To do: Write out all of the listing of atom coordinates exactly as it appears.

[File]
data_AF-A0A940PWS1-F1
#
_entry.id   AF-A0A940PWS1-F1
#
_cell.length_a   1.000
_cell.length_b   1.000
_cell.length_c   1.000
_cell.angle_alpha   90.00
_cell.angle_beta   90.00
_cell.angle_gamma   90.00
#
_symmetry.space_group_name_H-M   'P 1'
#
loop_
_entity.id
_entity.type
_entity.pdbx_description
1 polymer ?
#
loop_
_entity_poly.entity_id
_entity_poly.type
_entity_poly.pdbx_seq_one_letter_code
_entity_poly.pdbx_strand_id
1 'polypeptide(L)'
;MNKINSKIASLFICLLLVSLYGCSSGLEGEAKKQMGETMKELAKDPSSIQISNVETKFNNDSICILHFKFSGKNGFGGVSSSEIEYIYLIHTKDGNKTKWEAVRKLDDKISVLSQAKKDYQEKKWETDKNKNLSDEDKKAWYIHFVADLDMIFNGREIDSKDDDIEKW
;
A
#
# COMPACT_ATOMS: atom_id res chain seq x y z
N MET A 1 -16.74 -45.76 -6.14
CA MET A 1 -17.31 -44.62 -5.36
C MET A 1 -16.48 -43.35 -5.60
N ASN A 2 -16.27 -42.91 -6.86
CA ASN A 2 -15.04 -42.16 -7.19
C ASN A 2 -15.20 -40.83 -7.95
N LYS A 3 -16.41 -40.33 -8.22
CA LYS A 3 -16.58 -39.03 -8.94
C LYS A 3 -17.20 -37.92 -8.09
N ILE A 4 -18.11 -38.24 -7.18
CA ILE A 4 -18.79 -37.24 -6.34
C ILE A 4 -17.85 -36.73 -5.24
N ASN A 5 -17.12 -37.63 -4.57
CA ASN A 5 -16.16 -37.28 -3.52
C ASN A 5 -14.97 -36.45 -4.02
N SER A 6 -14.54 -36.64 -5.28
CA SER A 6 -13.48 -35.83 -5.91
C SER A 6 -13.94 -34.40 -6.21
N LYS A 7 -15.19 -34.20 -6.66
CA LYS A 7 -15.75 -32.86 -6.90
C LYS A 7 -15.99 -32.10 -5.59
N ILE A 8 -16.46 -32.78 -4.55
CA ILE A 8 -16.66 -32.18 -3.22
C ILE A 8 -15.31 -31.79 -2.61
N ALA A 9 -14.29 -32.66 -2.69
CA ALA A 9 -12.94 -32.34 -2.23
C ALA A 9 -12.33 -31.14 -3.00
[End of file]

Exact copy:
data_AF-A0A940PWS1-F1
#
_entry.id   AF-A0A940PWS1-F1
#
_cell.length_a   1.000
_cell.length_b   1.000
_cell.length_c   1.000
_cell.angle_alpha   90.00
_cell.angle_beta   90.00
_cell.angle_gamma   90.00
#
_symmetry.space_group_name_H-M   'P 1'
#
loop_
_entity.id
_entity.type
_entity.pdbx_description
1 polymer ?
#
loop_
_entity_poly.entity_id
_entity_poly.type
_entity_poly.pdbx_seq_one_letter_code
_entity_poly.pdbx_strand_id
1 'polypeptide(L)'
;MNKINSKIASLFICLLLVSLYGCSSGLEGEAKKQMGETMKELAKDPSSIQISNVETKFNNDSICILHFKFSGKNGFGGVSSSEIEYIYLIHTKDGNKTKWEAVRKLDDKISVLSQAKKDYQEKKWETDKNKNLSDEDKKAWYIHFVADLDMIFNGREIDSKDDDIEKW
;
A
#
# COMPACT_ATOMS: atom_id res chain seq x y z
N MET A 1 -16.74 -45.76 -6.14
CA MET A 1 -17.31 -44.62 -5.36
C MET A 1 -16.48 -43.35 -5.60
N ASN A 2 -16.27 -42.91 -6.86
CA ASN A 2 -15.04 -42.16 -7.19
C ASN A 2 -15.20 -40.83 -7.95
N LYS A 3 -16.41 -40.33 -8.22
CA LYS A 3 -16.58 -39.03 -8.94
C LYS A 3 -17.20 -37.92 -8.09
N ILE A 4 -18.11 -38.24 -7.18
CA ILE A 4 -18.79 -37.24 -6.34
C ILE A 4 -17.85 -36.73 -5.24
N ASN A 5 -17.12 -37.63 -4.57
CA ASN A 5 -16.16 -37.28 -3.52
C ASN A 5 -14.97 -36.45 -4.02
N SER A 6 -14.54 -36.64 -5.28
CA SER A 6 -13.48 -35.83 -5.91
C SER A 6 -13.94 -34.40 -6.21
N LYS A 7 -15.19 -34.20 -6.66
CA LYS A 7 -15.75 -32.86 -6.90
C LYS A 7 -15.99 -32.10 -5.59
N ILE A 8 -16.46 -32.78 -4.55
CA ILE A 8 -16.66 -32.18 -3.22
C ILE A 8 -15.31 -31.79 -2.61
N ALA A 9 -14.29 -32.66 -2.69
CA ALA A 9 -12.94 -32.34 -2.23
C ALA A 9 -12.33 -31.14 -3.00